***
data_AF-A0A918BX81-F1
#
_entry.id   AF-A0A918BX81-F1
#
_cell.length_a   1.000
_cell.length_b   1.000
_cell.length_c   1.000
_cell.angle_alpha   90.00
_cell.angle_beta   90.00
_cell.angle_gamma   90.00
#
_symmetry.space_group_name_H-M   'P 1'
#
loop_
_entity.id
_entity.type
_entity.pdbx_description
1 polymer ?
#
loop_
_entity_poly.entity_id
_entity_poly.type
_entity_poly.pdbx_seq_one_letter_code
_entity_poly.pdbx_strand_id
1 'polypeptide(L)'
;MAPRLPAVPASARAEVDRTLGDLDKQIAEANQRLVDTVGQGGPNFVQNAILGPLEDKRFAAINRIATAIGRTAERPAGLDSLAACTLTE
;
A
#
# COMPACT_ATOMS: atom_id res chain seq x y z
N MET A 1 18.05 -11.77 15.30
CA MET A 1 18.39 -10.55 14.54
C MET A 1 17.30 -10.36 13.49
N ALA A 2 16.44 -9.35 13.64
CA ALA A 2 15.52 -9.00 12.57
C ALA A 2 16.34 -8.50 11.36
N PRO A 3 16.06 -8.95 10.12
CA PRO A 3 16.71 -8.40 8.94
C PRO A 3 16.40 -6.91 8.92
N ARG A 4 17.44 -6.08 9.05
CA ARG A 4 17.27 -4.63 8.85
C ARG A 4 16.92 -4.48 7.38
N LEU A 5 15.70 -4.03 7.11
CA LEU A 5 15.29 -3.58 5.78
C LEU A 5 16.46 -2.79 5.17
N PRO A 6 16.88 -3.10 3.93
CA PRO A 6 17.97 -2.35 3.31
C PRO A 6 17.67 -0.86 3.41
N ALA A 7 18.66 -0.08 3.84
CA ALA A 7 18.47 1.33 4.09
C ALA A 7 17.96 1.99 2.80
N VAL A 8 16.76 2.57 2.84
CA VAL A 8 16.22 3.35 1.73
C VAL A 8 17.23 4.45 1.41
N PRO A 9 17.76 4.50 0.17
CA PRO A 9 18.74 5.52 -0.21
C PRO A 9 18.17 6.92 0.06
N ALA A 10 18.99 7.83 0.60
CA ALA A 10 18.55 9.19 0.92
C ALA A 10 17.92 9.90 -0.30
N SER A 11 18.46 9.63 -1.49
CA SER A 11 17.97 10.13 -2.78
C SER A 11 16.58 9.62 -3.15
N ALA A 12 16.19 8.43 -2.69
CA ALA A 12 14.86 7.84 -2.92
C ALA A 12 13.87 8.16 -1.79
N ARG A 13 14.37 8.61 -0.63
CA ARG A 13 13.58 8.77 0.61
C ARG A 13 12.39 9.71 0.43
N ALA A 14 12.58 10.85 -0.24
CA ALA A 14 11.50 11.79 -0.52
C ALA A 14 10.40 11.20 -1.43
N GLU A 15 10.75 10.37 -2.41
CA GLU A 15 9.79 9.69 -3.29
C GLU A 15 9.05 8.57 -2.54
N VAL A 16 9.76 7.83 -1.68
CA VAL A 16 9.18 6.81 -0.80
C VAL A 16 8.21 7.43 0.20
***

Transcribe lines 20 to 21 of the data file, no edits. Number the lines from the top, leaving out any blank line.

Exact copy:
loop_
_entity_poly.entity_id